Chile Wildfires 2024 – First official data and analysis

Massive fires ravaged over 18,000 hectares of Chile’s countryside from the end of January to the beginning of February. Chile’s Valparaiso region suffered the most damage with 8,600 hectares of forests, companies, universities, and homes consumed along with hundreds of deaths.

Most recently, the fires’ focal point has shifted to Chile’s center-south, threatening the agricultural and forestry industries.

Given the fires’ structural and human damages, the Chilean (re)insurance market has experienced a rapid increase in claims being filed. On 26 February 2024, the Financial Markets Commission, which includes the insurance regulator, released the first comprehensive set of data:

  • 1,055 non-life losses had been reported as of February 20.
  • Of those, 64% related to property policies and 30% to auto. The majority of claims (72%) were filed in Viña del Mar.
  • Whilst it is still early days, the exposure (sum insured) in the municipalities worst hit of Viña del Mar, Quilpé, Villa Alemana, and Limache would be around USD120m.

It is expected for the regulator to supervise actively prompt processing and payment of respective claims, as has been the case in previous similar natural catastrophes. The Commission is present in affected areas and informing individuals impacted of their rights as insureds. 

Local markets have also been instructed by the regulator to reinforce customer support channels and guarantee speedy claims processing and corresponding payments. Additionally, the commission is requiring local insurers produce detailed information regarding their exposure in affected areas; total cost of all related claims to date; and the impact of such claims on the insurer’s, and subsidiaries, operations.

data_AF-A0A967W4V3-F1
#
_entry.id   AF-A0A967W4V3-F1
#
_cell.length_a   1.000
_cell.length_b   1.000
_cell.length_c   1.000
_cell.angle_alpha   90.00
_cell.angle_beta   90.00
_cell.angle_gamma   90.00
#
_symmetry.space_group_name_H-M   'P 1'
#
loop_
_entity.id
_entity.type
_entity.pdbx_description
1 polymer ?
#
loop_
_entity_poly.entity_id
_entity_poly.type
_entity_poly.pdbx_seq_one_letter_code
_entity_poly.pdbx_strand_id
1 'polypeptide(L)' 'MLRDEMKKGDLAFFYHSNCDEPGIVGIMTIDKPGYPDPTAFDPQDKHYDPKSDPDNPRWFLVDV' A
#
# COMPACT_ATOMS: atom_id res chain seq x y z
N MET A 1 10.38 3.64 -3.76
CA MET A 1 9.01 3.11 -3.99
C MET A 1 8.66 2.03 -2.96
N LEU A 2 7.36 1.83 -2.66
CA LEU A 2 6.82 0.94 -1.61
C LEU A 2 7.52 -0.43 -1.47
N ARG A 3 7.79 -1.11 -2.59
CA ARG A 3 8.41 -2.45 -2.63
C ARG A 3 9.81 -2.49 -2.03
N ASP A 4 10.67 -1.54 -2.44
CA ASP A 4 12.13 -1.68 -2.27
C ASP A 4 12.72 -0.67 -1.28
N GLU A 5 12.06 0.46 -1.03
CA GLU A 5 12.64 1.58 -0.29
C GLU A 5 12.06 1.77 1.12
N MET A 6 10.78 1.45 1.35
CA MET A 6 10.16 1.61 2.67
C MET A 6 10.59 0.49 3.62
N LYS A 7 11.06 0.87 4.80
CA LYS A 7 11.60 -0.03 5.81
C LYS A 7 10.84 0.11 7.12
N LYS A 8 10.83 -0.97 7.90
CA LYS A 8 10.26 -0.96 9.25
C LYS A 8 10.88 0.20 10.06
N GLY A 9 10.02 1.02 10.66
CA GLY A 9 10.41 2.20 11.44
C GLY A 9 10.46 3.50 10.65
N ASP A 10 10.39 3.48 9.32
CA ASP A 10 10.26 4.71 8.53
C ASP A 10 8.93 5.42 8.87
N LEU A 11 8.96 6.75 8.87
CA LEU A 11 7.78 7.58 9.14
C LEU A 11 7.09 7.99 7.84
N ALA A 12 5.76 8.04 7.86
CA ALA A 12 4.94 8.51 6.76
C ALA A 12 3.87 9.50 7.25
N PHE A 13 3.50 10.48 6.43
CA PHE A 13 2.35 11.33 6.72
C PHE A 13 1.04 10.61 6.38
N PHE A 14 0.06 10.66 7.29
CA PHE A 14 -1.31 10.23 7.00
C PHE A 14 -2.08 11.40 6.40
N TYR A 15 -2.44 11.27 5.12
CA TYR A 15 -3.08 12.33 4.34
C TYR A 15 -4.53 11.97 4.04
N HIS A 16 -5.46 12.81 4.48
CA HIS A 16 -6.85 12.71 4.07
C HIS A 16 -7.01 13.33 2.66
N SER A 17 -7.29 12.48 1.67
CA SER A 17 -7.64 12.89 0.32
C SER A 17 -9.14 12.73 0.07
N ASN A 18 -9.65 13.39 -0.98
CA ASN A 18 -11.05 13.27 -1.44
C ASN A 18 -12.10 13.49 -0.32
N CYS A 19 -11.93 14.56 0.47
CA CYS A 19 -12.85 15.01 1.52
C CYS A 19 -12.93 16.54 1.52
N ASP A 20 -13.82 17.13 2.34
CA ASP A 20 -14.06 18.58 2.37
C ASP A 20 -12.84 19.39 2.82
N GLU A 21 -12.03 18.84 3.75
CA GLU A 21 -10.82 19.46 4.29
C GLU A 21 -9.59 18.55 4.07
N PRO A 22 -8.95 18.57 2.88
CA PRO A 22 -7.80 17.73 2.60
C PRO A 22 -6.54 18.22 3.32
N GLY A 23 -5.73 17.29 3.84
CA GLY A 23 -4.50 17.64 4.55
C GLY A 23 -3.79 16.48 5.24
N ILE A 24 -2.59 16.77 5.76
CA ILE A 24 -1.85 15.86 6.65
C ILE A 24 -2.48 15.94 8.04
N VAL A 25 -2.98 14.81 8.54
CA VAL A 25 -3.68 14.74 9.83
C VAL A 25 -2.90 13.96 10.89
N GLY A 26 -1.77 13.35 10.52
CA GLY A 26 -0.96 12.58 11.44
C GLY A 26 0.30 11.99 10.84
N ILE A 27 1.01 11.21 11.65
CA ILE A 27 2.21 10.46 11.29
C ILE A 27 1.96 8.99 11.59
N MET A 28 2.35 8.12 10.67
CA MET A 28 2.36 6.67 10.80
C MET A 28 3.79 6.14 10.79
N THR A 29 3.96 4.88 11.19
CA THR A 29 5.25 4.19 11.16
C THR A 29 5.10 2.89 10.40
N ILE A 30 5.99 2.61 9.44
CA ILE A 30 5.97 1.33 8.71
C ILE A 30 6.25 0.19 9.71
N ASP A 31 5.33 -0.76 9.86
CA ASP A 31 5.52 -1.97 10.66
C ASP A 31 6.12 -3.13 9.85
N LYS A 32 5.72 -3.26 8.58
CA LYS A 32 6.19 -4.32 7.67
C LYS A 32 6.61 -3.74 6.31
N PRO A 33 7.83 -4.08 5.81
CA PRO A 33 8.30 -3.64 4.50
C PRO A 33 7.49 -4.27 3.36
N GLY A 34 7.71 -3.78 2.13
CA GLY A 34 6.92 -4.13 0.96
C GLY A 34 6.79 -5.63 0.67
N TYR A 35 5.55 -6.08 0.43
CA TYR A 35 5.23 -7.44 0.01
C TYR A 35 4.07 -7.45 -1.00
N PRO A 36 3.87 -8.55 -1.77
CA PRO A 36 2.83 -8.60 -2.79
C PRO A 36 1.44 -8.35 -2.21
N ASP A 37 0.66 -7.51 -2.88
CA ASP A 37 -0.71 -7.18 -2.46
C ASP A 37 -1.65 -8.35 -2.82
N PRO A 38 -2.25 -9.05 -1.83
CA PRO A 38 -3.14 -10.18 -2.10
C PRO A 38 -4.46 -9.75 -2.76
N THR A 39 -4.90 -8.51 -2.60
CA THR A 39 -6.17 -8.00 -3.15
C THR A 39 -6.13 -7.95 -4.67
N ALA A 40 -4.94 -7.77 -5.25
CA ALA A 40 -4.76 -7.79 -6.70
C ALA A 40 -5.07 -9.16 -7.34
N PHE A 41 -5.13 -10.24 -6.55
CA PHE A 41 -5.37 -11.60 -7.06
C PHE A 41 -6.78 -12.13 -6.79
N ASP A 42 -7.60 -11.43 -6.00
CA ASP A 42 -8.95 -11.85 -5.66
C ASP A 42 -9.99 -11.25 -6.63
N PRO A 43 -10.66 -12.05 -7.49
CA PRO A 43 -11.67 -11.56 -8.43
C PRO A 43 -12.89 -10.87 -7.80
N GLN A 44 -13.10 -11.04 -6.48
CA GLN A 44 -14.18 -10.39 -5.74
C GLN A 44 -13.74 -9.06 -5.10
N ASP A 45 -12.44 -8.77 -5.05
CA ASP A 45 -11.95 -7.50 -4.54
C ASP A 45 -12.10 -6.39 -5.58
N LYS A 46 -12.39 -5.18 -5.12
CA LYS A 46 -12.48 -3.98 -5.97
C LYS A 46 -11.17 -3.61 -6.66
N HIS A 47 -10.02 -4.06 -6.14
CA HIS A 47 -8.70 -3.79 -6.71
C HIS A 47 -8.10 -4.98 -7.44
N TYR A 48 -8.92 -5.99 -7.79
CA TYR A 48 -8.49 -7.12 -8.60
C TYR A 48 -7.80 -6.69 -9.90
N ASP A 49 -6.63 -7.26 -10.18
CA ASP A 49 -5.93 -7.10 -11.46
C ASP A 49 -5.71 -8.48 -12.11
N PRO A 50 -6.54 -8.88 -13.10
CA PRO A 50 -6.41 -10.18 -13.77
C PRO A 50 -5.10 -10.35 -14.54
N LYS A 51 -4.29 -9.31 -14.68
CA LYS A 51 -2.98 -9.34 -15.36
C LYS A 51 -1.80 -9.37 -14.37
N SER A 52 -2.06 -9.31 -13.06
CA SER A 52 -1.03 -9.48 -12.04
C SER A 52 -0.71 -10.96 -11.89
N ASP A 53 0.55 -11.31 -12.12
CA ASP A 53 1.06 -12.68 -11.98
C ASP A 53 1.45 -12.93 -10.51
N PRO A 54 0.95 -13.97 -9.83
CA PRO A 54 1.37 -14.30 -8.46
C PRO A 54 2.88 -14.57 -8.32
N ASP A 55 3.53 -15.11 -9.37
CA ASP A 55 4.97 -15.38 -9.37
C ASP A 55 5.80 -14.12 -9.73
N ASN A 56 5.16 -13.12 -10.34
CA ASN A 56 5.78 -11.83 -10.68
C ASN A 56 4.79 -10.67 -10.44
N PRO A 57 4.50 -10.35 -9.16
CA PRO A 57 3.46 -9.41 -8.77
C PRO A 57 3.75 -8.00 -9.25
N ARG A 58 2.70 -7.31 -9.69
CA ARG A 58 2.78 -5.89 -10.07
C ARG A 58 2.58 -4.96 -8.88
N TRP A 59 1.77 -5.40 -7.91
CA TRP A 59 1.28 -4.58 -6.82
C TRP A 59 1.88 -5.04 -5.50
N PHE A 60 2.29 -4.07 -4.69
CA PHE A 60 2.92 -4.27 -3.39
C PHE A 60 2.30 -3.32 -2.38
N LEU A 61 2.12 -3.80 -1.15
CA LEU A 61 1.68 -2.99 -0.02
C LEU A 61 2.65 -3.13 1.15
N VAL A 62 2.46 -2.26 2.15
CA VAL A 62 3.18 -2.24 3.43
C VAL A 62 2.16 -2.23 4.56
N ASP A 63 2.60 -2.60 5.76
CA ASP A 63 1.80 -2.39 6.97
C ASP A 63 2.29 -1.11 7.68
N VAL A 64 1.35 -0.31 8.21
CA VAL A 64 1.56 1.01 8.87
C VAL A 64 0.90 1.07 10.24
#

Despite the fires’ reduced impact as opposed to initial projections, the (re)insurance market faces several challenges and must consider certain details when affronting the fire’s consequences. The market might apply exclusions to some claims in light of Chilean authorities’ announcement of their investigations into arson potentially causing the fires. Also, the market will have to identify the totality of assets affected and policies triggered and determine the scope of each covered event in conformity with 72-hours clauses applicable.

As with any large geographical area, the markets will likely have to deal with issues related to whether business interruption has been triggered, where there may not be physical damage to insured assets. Force majeure and related exclusions will feature in liability claims. Not all fires are created equal—cause and origin investigations will be needed in some instances. Claims regarding vehicles damaged whilst at repair shops will also have to be considered. 

Reinsurers will also have to adapt to Chile’s claims adjustment regulatory framework. Namely, to the officially neutral nature of adjusters and to statutory time constraints for claims handling and payment. Additionally, the market’s response will have to comply with the local legal definitions of relevant events, such as arson and terrorism. 

Read other items in London Market Brief - May 2024